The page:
Once relegated to cinema or history lectures, bank runs have become a modern phenomenon that captures the interest of students. In this article, the authors explain a simple classroom experiment based on the Diamond-Dybvig model (1983) to demonstrate how a bank runa seemingly irrational eventcan occur rationally. They then present possible topics for discussion including various ways to prevent bank runs and moral hazard.
Bibliographical noteFunding Information:
The authors thank Paul Grimes and two referees for suggestions that improved this manuscript and Sharon Nemeth for proofreading. This article is part of a project for which the authors received financial support from HEFCE and help and encouragement from many colleagues at the University of Exeter, particularly Marjorie Anne Howe, Gareth Myles, and Alison Wride. The authors are also grateful for the close mentoring from the Economics Network, especially by Inna Pomerina and John Sloman, and acknowledge the abundance of patience and feedback from the numerous students who have participated in this experiment and related lectures. The design of this teaching experiment was shaped by examples set forth by many of their colleagues including Jim Cox, Steven Gjerstad, Denise Hazlett, Ariel Rubinstein, Bradley Ruffle, and especially Charles Holt.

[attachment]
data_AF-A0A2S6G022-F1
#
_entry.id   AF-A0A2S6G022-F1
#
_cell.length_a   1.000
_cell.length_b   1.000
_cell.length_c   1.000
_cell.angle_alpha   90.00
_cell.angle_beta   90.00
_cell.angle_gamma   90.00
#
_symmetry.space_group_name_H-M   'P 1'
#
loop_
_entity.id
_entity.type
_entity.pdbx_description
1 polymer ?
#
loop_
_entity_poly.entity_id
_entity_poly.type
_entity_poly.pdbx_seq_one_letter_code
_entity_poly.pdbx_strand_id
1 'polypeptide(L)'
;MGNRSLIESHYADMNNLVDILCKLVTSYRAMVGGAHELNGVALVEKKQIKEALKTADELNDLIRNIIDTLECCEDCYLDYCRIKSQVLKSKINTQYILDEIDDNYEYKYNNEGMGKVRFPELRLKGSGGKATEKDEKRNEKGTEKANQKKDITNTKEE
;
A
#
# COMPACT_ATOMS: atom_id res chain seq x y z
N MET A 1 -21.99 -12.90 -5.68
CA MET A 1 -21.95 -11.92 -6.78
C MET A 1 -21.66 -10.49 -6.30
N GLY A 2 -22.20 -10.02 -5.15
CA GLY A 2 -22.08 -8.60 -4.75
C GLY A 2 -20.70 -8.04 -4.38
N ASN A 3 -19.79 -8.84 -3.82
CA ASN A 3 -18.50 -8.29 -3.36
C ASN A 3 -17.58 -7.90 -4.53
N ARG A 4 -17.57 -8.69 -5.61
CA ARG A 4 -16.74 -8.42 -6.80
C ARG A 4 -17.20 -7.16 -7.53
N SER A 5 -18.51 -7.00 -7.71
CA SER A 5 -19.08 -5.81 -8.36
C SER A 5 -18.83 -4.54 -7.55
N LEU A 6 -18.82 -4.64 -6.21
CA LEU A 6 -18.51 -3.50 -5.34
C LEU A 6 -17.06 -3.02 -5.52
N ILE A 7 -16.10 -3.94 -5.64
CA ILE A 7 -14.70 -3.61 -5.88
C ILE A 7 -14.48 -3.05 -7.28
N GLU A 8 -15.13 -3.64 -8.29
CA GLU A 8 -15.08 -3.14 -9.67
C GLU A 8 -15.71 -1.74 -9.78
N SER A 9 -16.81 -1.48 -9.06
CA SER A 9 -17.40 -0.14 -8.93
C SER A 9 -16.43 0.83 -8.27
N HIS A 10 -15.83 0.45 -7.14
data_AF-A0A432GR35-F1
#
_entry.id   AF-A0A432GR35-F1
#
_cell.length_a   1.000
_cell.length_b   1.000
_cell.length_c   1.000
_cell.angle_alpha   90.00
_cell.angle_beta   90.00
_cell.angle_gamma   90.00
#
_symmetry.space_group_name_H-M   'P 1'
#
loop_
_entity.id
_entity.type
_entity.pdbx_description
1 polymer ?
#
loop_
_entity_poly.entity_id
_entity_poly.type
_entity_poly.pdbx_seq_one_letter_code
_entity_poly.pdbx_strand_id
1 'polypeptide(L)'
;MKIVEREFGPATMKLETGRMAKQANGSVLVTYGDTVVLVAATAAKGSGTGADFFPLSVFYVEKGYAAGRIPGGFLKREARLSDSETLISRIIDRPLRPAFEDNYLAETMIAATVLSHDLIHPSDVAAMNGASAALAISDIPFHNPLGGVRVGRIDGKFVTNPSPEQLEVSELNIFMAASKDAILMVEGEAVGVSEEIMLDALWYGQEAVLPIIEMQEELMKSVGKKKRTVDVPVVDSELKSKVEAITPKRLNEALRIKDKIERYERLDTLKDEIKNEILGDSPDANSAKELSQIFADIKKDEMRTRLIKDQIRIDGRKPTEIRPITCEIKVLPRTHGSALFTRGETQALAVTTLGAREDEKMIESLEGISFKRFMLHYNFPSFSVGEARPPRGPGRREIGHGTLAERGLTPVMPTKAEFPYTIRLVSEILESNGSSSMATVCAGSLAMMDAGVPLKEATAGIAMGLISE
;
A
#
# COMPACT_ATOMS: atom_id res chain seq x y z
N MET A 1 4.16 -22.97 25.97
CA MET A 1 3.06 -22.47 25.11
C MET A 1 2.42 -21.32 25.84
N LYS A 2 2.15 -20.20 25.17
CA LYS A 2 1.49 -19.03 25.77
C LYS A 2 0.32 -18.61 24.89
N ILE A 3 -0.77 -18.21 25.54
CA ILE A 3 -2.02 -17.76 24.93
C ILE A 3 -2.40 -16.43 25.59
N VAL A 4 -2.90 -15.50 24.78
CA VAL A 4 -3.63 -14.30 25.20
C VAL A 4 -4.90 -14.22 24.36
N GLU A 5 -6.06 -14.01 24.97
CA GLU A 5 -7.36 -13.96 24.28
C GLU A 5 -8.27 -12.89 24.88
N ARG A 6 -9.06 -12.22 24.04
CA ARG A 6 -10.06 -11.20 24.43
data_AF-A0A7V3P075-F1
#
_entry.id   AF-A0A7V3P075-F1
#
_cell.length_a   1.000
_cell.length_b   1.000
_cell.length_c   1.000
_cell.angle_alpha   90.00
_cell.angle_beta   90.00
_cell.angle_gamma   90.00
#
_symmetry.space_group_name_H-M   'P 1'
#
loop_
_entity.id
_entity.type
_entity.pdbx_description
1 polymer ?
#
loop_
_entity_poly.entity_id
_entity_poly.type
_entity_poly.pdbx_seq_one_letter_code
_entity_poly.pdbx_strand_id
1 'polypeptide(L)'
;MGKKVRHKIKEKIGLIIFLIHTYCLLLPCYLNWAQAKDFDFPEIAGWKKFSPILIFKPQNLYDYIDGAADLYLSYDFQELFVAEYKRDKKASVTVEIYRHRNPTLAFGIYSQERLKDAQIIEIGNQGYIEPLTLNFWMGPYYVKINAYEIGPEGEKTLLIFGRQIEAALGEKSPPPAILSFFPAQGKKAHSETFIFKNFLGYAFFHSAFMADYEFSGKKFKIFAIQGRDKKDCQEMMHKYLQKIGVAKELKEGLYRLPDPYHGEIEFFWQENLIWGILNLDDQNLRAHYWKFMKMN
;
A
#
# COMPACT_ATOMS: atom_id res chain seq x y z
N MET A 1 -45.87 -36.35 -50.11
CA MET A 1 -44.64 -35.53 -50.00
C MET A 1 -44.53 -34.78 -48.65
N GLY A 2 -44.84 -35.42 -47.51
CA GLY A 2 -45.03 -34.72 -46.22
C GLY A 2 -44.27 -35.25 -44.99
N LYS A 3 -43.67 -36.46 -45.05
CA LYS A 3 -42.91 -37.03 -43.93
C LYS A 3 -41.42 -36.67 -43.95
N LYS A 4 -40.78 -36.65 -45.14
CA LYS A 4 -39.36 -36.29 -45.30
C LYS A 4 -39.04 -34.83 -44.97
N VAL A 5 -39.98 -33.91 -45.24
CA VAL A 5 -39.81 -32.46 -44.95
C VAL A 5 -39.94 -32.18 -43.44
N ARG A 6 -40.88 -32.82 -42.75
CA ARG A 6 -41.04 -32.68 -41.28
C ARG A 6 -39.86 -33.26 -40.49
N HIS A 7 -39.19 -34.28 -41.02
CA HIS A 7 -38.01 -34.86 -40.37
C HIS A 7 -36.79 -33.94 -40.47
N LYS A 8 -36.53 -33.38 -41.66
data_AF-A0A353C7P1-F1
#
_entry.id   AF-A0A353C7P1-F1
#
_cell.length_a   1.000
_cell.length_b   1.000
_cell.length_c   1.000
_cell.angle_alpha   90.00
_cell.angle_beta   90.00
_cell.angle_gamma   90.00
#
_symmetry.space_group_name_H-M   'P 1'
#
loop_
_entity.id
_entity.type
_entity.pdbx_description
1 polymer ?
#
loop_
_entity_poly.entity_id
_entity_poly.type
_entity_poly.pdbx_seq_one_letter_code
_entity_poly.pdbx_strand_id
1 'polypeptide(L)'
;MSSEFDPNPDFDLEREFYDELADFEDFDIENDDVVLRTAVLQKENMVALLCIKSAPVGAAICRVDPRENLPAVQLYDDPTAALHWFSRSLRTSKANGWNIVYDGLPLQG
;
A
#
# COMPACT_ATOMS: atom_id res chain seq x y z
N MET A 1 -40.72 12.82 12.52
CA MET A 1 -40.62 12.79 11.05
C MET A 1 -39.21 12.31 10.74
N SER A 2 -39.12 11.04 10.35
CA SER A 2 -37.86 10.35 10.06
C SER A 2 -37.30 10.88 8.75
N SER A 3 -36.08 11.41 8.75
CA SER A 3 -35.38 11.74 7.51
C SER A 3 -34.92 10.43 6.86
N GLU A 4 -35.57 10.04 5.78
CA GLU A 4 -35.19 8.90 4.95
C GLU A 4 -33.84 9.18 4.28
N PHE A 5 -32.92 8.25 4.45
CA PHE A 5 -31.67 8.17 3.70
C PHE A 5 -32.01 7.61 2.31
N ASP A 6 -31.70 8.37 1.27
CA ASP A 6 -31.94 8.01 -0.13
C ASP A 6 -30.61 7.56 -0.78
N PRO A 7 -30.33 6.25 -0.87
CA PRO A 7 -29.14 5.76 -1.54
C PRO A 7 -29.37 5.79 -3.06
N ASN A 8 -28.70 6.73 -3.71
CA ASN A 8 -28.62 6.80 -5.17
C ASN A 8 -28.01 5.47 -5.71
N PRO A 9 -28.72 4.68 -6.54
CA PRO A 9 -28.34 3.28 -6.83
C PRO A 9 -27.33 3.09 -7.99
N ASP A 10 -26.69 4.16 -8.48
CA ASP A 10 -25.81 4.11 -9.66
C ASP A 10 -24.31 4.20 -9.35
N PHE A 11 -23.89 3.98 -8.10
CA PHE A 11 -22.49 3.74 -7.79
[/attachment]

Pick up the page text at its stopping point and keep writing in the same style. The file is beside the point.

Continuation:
- bank runs
- classroom experiments
- multiple equilibria
ASJC Scopus subject areas
- Economics and Econometrics